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Synths of Our Fathers

“We are living in the future, the 21st century,” teases Barry Seven (a.k.a. Barry Smith) of Add N to (X), “but I don’t see any plastic houses, and we‘re not floating in the air.” Instead, the group play with toys -- Richard Claydon fools with a theremin; Seven collects live samples (from steam trains to pinball machines) on his minidisc.

At a French record shop, Seven stumbled upon an old Kim Fowley recording, “Invasion of the Polaroid People.” He already admired the demented genius of Kim Fowley’s Sunset Stripgarage-rock past, but was shocked by “how electroclash” the tune was. By “accident,” he mixed Fowley‘s voice groaning, “POL-ar-oid p-p-p-people,” and loved the result. He called for clearance, but had no knowledge till now of the song’s nasty origin.

“The whole record was made 20 years ago in six hours,” Fowley tells us of his Son of Frankenstein album, whence “Polaroid People” was originally drawn. Calling the ANTX “Polaroid” remake a “tribute to evil,” he says he recorded the song in a studioshooting gallery on Western and Hollywood Boulevard, where the denizens were “shooting glue and heroin,” and junkies were popping Polaroid shots of a diarrhea-dripping dog. While Fowley and Seven have different methods of field recording, they can get together on the “dirty, trashy, schizophrenic ugliness” that Claydon says he strives for. Call it whatever you want.

“We‘ve been labeled electronica, neo-wave and now electroclash,” Claydon laments -- and the outfit have barely gotten over the Stereolab comparisons. Though the new Loud Like Nature (Mute) sometimes sounds like the score for Liquid Sky: The Miniseries, and ANTX do harbor an electroclashlike love for artifice and synthetics, not only was the band around before the fad genre, but they’re acolytes of analog, whereas electroclash leans to digital. They have much more in common with Holger Czukay‘s Can, in fact, than with Visage or Animotion.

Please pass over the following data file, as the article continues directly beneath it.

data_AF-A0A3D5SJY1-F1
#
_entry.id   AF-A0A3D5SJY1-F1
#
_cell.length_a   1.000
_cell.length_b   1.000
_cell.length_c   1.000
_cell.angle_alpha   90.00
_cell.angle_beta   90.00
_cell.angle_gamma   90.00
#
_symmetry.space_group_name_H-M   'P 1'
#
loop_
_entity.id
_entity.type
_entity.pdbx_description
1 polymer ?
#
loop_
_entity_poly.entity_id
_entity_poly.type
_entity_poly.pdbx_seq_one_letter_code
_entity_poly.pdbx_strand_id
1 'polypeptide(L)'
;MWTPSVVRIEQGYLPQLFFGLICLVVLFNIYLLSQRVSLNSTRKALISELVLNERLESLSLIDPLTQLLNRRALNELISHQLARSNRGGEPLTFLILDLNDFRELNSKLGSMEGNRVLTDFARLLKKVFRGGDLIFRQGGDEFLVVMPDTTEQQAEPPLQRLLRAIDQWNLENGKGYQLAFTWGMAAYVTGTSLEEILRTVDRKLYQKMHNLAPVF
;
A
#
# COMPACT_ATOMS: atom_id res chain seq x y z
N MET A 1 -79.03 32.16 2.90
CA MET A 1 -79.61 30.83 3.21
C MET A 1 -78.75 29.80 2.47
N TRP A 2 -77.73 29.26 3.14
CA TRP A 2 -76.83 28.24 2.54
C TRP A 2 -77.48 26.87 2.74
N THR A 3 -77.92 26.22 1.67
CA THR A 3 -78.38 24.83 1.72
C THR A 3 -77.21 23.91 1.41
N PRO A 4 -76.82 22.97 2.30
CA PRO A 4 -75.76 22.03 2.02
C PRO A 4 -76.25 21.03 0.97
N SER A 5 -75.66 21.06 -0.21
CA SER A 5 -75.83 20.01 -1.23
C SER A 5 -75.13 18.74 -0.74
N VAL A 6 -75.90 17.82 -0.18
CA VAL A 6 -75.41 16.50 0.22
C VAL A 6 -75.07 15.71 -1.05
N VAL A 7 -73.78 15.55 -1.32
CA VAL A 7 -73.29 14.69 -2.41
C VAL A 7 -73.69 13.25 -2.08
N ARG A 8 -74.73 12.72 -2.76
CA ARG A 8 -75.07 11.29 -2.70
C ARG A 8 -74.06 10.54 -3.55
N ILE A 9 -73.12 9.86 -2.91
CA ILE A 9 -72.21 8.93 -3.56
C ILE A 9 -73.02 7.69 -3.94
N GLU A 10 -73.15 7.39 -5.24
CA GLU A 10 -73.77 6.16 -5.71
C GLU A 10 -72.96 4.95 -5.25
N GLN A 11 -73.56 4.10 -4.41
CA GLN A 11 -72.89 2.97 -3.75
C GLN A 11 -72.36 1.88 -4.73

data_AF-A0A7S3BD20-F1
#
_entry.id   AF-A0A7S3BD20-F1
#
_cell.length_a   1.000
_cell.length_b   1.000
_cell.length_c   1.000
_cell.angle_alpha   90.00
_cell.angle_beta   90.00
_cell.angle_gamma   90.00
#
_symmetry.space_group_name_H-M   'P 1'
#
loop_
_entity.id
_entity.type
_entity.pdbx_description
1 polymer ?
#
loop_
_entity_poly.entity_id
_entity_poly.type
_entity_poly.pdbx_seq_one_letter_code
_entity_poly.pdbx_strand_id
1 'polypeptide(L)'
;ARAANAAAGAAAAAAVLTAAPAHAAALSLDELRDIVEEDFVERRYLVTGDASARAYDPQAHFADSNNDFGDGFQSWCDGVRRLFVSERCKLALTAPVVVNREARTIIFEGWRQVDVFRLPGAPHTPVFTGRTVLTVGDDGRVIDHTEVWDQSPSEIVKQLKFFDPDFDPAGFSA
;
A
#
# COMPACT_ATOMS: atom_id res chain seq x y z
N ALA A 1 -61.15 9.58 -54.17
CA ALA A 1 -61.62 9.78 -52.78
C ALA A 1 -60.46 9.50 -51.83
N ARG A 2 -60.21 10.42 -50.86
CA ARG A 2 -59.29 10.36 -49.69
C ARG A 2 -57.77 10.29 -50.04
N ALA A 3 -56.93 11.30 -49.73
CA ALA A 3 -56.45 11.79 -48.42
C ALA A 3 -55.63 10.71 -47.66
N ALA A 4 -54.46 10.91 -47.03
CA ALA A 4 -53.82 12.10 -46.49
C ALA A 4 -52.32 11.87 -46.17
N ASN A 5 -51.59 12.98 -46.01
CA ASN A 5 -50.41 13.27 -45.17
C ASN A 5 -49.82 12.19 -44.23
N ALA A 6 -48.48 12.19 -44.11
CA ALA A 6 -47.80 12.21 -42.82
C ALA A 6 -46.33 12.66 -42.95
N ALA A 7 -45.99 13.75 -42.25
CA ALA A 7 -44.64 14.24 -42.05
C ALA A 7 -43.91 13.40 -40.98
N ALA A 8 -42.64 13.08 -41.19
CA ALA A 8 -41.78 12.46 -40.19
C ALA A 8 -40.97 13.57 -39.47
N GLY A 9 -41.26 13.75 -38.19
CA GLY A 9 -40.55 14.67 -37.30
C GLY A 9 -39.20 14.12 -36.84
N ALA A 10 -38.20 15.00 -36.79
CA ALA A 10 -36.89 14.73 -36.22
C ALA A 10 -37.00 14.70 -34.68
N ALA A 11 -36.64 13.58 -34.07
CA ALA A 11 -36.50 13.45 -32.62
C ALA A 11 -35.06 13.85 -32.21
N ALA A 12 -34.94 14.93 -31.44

“I was a punk. I went to the Marquee Club quite a lot -- I saw punk turn into new wave,” Seven relates, sitting with Claydon in Mute Records’ New York office. (Co-founder Ann Shenton is unavailable due to having been knocked up with a PolyMoog -- more on that later.) Claydon wants it known that his band is more than just a connect-the-dots refabrication of things past: “There‘s a misconception that we’re just an homage to our Kraftwerk-led forebears, but our real intention has always been to make rock & roll records with synthesizers.”

Add N to (X) certainly don‘t want to be lumped in with nostalgia for Activision games and Devo’s “Whip It.” “I don‘t know why people want to retain an ’80s kitsch, synth-band thing,” Claydon vents.

Not that ANTX ain‘t kitschy, but it’s an evil kitsch, for sure. Just check out the cover of their second record, 1999‘s On the Wires of Our Nerves, which depicts Ann Shenton lying on the operating table while masked surgeons (her bandmates) perform a cesarean section -- Shenton’s guts gape as the boys pull out a throbbing, oscillating, screaming and kicking vintage synth.

“There‘s real Demon Seed logic behind it,” laughs Seven.

By their next record, Avant Hard, Add N to (X) weren’t only assisting at a birth, they were completely remaking and remodeling. Seven likens their tracks to body parts: “As you get older, you become a better surgeon, but that could be a bad thing, because I guess you can end up a Chicago.”

If ANTX‘s last release, Add Insult to Injury, didn’t quite thrillnauseate the way Chicago‘s “You’re the Inspiration” did in its day, there was something about it that didn‘t jibe with expectations. Looking back, Claydon admits he and his cohorts must have frustrated the engineers with suggestions like “It needs to be shot through with little silver pellets.”

Loud Like Nature, by contrast, is just an unforced barrage of synth-trash. “This album isn’t stupid,” Seven explains, “but it‘s much more thoughtless. It’s less considered and more rock & roll.” It‘s what might happen if an old Commodore 64 computer ran into T. Rex and the New York Dolls. Like Suicide, Sigue Sigue Sputnik and the often-left-out My Life With the Thrill Kill Kult, Loud is a pulpsleaze a gogo loaded with a dead-end futurism that’s appropriate to the band name: Fashioned like an obsolete computer command, “Add N to (X)” is the mathematical equation for infinity.

After all this time, Seven still feels awkward telling cabbies what group he plays in: “I wish I could say, ‘Sex Pistols.’” At least ANTX are now related to the Pistols -- Mute has been picked up by the Rotten gang‘s old label EMI. So go on, Barry Seven, sing that old Never Mind the Bollocks hit: “EMI . . . unlimited supply!” Hey, ain’t that infinity?

Add N to (X) play Spaceland on Saturday, November 23.